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Miscarriage and mental health

Dr Karen Martin
Reviewed by Dr Karen MartinReviewed on 19.10.2023 | 2 minutes read

Miscarriage, or early pregnancy loss, is defined as the spontaneous loss of a pregnancy before 20 weeks gestation (time since conception). The majority of miscarriages occur before the 13th week of gestation. Sadly, miscarriage is far more common than people sometimes think. Approximately one in every ten pregnancies will end in miscarriage.

Miscarriage is an incredibly difficult and emotional experience. There are physical, mental health, and social impacts from a miscarriage. If you have had a miscarriage and are worried about it, we want you to be reassured that there isn’t anything you have done wrong and there is nothing you could have done differently or better. A miscarriage, or even multiple miscarriages does not mean that you are not going to be a parent.

Common link to mental health

Many people need to take time to grieve the loss of their baby after a miscarriage. Some women who have suffered a miscarriage or ectopic pregnancy will have mental health or psychological symptoms that can last for many months.

Your doctor would want to know that you have had a miscarriage and would like to see if you were having difficulty with your mood, mental health, or bothersome psychological symptoms.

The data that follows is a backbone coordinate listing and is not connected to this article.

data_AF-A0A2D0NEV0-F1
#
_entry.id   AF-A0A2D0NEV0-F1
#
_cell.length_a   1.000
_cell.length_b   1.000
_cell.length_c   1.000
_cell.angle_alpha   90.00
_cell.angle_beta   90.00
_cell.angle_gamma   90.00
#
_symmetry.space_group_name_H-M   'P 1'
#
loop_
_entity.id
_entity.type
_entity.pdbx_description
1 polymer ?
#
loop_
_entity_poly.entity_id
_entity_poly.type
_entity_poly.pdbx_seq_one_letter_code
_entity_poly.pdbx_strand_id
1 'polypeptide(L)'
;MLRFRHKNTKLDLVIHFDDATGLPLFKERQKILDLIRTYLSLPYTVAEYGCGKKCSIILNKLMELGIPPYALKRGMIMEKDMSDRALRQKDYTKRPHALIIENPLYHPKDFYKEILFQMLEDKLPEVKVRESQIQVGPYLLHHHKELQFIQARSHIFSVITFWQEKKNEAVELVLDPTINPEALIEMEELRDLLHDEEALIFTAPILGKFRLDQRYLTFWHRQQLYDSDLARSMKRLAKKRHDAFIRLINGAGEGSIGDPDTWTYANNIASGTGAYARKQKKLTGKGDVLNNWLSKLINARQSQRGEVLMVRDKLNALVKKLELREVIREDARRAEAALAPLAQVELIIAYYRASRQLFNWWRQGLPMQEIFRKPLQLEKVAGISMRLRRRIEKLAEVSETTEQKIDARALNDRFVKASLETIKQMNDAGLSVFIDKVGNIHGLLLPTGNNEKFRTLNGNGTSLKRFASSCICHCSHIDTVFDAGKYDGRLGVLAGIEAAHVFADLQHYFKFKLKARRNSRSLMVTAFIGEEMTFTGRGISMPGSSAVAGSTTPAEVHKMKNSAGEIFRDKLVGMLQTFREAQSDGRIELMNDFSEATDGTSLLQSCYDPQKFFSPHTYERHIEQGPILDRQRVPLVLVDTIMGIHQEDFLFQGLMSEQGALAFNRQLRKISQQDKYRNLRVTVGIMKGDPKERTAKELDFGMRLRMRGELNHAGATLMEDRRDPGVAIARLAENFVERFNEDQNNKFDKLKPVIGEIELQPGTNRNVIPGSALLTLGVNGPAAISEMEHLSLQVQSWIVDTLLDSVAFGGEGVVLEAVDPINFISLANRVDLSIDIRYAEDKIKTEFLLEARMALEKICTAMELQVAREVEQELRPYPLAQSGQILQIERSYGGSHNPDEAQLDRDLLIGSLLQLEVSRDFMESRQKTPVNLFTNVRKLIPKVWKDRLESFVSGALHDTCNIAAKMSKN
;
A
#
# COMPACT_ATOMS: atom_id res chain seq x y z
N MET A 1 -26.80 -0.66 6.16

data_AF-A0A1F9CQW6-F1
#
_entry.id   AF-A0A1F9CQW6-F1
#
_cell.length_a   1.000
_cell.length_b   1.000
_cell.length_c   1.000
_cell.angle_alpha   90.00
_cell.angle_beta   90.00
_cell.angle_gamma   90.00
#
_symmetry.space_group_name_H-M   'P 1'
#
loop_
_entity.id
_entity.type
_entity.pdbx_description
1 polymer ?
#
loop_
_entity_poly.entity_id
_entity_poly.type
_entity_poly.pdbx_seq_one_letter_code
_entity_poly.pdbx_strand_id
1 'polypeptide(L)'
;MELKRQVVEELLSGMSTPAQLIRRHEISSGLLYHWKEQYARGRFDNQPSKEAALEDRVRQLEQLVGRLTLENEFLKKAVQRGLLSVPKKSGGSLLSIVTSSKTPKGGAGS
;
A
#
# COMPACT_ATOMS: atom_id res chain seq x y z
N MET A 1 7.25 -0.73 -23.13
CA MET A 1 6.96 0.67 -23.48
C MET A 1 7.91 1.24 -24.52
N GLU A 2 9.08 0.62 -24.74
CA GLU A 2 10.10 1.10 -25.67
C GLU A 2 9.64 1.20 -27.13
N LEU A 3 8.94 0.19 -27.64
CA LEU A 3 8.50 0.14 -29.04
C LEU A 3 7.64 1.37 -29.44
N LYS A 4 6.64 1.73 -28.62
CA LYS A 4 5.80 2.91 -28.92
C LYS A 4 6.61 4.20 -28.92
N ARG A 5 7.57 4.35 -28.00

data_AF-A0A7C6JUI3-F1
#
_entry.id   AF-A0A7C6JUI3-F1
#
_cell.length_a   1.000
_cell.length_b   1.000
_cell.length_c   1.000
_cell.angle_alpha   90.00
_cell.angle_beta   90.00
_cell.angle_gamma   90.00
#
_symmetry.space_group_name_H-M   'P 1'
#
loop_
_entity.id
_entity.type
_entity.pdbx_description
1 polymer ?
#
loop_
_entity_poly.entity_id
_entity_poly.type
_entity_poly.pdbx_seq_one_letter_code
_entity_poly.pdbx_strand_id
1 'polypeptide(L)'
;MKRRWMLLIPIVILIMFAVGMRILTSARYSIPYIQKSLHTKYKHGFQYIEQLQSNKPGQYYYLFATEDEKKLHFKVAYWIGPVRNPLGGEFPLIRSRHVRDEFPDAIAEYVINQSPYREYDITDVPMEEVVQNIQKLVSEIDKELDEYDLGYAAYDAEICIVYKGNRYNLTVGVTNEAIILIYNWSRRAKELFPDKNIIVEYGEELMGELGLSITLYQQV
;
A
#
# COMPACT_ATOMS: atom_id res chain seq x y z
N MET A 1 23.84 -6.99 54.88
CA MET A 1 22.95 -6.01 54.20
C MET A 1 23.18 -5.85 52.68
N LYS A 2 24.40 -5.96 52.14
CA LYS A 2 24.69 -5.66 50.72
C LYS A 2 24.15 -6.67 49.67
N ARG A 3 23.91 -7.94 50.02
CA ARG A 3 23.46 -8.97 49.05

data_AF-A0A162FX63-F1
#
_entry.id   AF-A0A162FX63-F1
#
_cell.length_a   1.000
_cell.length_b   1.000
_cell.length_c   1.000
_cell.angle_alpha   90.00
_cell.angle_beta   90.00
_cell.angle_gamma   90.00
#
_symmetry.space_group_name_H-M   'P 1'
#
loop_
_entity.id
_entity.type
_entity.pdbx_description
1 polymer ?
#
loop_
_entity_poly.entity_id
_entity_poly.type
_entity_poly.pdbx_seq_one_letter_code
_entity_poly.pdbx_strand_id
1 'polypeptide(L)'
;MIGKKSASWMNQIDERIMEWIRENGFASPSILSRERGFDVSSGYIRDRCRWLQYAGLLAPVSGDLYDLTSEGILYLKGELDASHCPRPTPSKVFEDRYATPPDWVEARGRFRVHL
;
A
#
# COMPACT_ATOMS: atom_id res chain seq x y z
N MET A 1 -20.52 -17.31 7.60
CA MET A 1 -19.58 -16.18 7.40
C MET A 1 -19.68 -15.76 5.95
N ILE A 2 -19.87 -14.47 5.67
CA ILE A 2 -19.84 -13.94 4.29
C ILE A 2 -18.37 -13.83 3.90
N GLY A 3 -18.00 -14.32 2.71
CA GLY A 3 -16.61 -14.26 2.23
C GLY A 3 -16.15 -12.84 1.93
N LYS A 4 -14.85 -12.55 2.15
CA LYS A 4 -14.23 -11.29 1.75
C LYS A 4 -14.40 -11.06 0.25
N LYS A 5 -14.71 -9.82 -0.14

What is the first step?

If you have had a miscarriage or any ongoing mental health symptoms, book a routine appointment with your doctor. They will want to hear how you are doing and may be able to advise on useful support groups or services that are available in your area.

You should speak to a medical professional urgently if you are having suicidal thoughts or have a plan to self-harm. You can get urgent help via your doctor, call 911, or go to the emergency department, which is a safe place during a crisis.

If you have had multiple miscarriages, you should speak to your doctor, as there are some instances where medical causes lead to an increased chance of miscarriage.

Other support available

Online groups are available that can provide you with information and give you support via telephone, online chat, or support groups.

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This article has been written by UK-based doctors and pharmacists, so some advice may not apply to US users and some suggested treatments may not be available. For more information, please see our T&Cs.
Dr Karen Martin
Reviewed by Dr Karen Martin
Reviewed on 19.10.2023
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